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Infect Immun. Jul 2001; 69(7): 4673–4677.
PMCID: PMC98547
Note

In Vitro and In Vivo Assessment of Salmonella enterica Serovar Typhimurium DT104 Virulence

Editor: J. T. Barbieri

Abstract

Multidrug-resistant Salmonella enterica serovar Typhimurium phage type DT104 has become a widespread cause of human and other animal infection worldwide. The severity of clinical illness in S. enterica serovar Typhimurium DT104 outbreaks has led to the suggestion that this strain possesses enhanced virulence. In the present study, in vitro and in vivo virulence-associated phenotypes of several clinical isolates of S. enterica serovar Typhimurium DT104 were examined and compared to S. enterica serovar Typhimurium ATCC 14028s. The ability of these DT104 isolates to survive within murine peritoneal macrophages, invade cultured epithelial cells, resist antimicrobial actions of reactive oxygen and nitrogen compounds, and cause lethal infection in mice were assessed. Our results failed to demonstrate that S. enterica serovar Typhimurium DT104 isolates are more virulent than S. enterica serovar Typhimurium ATCC 14028s.

Food-borne bacterial infections due to Salmonella remain a serious threat to human health in both developing and industrialized countries. Between 1997 and 1998, 37,842 cases of human salmonellosis were reported to the Centers for Disease Control and Prevention. The estimated number of human Salmonella infections in the United States exceeds 1.4 million annually (21). In 1995, 24% of all reported Salmonella infections in the United States were caused by Salmonella enterica serovar Typhimurium, second only to serovar Enteritidis phage group 4. Of the S. enterica serovar Typhimurium isolates, 32% were found to be multidrug-resistant S. enterica serovar Typhimurium DT104 (17), characterized as resistant to ampicillin, chloramphenicol, streptomycin, sulfonamides, and tetracycline (1). S. enterica serovar Typhimurium DT104 was first isolated in England in 1984 but is now routinely isolated worldwide (22, 24). A British study conducted in 1994 reported a 3% mortality rate due to infection with S. enterica serovar Typhimurium DT104 (1), a rate substantially higher than in historical controls. However, in a separate study examining Salmonella bacteremia in England and Wales from 1994 to 1996, the percentage of fatal salmonellosis cases due to S. enterica serovar Typhimurium DT104 was no greater than those due to non-multidrug-resistant S. enterica serovar Typhimurium (23). Attention became focused on S. enterica serovar Typhimurium DT104 in the United States when members of a Vermont family became gravely ill after consuming contaminated unpasteurized milk from their own dairy herd (C. R. Friedman, R. C. Brady, M. J. Celotti, S. E. Schoenfeld, R. H. Johnson, P. D. Galbraith, J. K. Carney, K. Robbins, and L. Slutsker, presented at Int. Conf. Emerg. Infect. Dis., Atlanta, Ga., 8 to 11 March 1998).

Because of the reported severity of disease caused by this organism and the increased frequency of isolation, S. enterica serovar Typhimurium DT104 has been proposed to have enhanced virulence in domestic animals and humans (24). Previous work by Carlson et al. (7, 8) indicated that most multidrug-resistant S. enterica serovar Typhimurium isolates do not have enhanced ability to invade or adhere to human epithelial tissue culture cells. In this study, we have examined additional in vitro and in vivo phenotypes associated with Salmonella virulence.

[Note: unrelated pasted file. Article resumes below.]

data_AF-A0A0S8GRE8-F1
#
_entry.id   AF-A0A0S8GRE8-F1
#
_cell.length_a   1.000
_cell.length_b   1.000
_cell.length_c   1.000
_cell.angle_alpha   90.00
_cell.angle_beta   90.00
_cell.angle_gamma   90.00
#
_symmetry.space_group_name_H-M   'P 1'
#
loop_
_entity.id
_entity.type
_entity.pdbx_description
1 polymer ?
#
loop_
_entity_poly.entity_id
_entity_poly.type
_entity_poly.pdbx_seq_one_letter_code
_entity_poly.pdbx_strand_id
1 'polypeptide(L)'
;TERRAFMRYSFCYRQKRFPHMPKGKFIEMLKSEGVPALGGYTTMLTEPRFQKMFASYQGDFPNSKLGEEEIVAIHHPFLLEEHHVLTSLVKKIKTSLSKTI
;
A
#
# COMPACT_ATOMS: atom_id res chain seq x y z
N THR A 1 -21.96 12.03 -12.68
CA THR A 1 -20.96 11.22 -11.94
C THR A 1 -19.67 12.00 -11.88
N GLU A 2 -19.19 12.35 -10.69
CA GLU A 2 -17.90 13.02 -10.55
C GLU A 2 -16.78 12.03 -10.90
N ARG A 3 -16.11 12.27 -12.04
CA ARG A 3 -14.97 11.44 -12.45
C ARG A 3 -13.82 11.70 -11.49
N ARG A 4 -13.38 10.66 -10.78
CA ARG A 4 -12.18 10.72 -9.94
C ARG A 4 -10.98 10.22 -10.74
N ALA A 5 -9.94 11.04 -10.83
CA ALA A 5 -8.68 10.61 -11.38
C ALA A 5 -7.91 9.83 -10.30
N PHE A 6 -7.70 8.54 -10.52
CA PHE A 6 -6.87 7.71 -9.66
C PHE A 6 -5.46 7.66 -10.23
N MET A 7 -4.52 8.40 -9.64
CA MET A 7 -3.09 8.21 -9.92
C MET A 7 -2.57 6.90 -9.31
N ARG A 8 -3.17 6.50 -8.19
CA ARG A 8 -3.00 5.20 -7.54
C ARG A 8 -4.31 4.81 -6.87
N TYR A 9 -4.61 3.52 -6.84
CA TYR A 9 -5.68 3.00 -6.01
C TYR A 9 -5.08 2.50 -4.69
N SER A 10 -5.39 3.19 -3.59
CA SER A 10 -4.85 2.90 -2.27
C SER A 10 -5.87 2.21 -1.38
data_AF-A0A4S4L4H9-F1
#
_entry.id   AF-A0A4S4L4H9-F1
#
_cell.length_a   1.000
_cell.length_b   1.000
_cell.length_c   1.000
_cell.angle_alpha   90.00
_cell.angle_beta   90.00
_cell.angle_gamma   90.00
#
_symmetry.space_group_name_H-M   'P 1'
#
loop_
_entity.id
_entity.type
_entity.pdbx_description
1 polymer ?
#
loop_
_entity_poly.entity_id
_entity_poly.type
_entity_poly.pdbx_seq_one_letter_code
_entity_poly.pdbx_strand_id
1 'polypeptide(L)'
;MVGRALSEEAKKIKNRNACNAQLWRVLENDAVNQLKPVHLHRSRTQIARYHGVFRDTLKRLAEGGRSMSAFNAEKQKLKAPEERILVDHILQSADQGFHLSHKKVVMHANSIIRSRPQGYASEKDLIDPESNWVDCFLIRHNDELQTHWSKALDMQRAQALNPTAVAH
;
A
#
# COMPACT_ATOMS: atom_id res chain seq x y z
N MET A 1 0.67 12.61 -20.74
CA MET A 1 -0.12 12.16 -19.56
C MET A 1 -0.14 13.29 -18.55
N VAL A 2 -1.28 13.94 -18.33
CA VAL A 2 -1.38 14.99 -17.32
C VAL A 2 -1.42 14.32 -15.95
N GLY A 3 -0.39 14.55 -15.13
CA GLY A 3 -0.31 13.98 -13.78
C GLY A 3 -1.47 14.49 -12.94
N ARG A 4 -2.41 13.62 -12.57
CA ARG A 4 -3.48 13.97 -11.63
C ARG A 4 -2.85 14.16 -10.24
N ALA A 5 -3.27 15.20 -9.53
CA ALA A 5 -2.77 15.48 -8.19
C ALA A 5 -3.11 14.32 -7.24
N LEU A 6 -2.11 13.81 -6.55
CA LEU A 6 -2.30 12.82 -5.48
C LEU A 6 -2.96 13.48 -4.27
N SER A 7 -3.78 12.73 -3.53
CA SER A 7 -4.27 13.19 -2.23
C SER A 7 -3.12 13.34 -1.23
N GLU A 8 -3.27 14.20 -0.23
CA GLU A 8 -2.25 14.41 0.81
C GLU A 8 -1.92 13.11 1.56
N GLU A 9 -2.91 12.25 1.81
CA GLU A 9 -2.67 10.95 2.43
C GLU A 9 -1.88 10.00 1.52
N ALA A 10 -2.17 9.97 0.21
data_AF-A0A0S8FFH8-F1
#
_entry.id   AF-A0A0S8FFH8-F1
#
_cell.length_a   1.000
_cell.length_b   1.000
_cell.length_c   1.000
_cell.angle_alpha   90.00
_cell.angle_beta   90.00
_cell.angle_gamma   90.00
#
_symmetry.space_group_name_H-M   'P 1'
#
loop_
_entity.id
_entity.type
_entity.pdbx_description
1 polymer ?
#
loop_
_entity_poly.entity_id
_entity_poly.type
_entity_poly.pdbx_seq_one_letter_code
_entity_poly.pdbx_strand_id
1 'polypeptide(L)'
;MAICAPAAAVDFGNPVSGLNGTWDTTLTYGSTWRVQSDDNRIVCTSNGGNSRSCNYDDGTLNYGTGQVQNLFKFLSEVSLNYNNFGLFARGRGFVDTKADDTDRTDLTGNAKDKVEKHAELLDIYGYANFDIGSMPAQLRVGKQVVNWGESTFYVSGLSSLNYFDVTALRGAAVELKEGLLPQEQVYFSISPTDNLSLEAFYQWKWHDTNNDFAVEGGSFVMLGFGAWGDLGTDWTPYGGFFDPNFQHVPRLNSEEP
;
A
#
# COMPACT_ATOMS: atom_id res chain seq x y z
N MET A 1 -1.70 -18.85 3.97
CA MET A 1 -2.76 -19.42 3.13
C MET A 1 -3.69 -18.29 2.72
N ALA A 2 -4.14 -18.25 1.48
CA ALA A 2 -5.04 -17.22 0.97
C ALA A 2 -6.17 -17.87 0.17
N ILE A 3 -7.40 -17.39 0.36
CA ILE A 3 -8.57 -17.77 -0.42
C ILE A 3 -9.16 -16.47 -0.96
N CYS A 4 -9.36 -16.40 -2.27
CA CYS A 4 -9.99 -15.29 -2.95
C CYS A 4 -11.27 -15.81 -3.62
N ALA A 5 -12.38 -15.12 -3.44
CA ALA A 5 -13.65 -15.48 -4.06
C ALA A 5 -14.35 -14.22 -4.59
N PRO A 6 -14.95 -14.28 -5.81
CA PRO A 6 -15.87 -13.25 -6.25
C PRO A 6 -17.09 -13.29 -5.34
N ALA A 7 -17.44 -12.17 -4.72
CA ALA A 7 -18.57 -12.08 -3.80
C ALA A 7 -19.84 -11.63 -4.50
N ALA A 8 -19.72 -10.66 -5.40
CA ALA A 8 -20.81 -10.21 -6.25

The ability of Salmonella to survive and replicate in host phagocytes is an essential component of Salmonella virulence. Mutants that are unable to survive in macrophages are attenuated for virulence in vivo (14). We compared several S. enterica serovar Typhimurium DT104 isolates from different geographic locales for their ability to survive within murine macrophages. The strain numbers and source of these strains are shown in Table Table1.1. The intracellular survival of S. enterica serovar Typhimurium DT104 isolates and control strains in peritoneal macrophages from BALB/c mice was determined as previously described (5). Macrophages were infected with opsonized S. enterica serovar Typhimurium, and survival was measured 18 h postinfection. A phoP S. enterica serovar Typhimurium mutant was used as a macrophage-sensitive control (13). S. enterica serovar Typhimurium DT104 isolates were able to survive and replicate in activated murine macrophages at levels similar to those of S. enterica serovar Typhimurium 14028s (Fig. (Fig.1).1).

TABLE 1
Strains used in this study
FIG. 1
Macrophage survival. Survival of Salmonella strains was determined in BALB/c (itys) peritoneal macrophages. Peritoneal macrophages were harvested from mice 4 days after injection with 5 mM sodium periodate and plated at a density of 3 × 105 to ...

Another important characteristic of Salmonella is its ability to resist reactive oxygen and nitrogen species produced by host phagocytes (4, 6, 11, 18). The resistance of S. enterica serovar Typhimurium DT104 isolates to reactive oxygen species and reactive nitrogen species was assayed as previously described by DeGroote et al. (1012) and Lu et al. (20). S. enterica serovar Typhimurium DT104 isolates did not demonstrate enhanced susceptibility to hydrogen peroxide compared with S. enterica serovar Typhimurium 14028s (Fig. (Fig.2A).2A). Similar results were observed for paraquat susceptibility (Fig. (Fig.2B).2B). S. enterica serovar Typhimurium DT104 isolates showed similar resistance to acidified nitrite after 3 h of incubation (Fig. (Fig.2C)2C) (20). Furthermore, all DT104 isolates were able to grow to the same extent in acidified (pH5) Luria-Bertani (LB) broth lacking sodium nitrite (data not shown).

FIG. 2FIG. 2FIG. 2
Susceptibility to reactive oxygen and nitrogen species. (A and B) Salmonella cultures were grown overnight in LB medium, diluted in saline, and plated (100 μl containing 106 CFU) on M9 minimal plates containing 0.2% glucose. Then 15 μl ...

The ability of Salmonella to invade the intestinal epithelium is a necessary step for the initial phase of Salmonella infection. To determine the relative invasive ability of S. enterica serovar Typhimurium DT104 isolates, standard epithelial cell invasion assays were performed with cultured HEp-2 cells, a human epithelial carcinoma cell line. As shown in Fig. Fig.3,3, S. enterica serovar Typhimurium 14028s and DT104 isolates invaded HEp-2 cells to a similar extent, while the noninvasive S. enterica serovar Typhimurium mutants, hilA and invA, showed significantly reduced invasion, as previously described (16, 19). Thus, the invasive properties of the S. enterica serovar Typhimurium DT104 isolates tested are not significantly different from those of S. enterica serovar Typhimurium 14028s.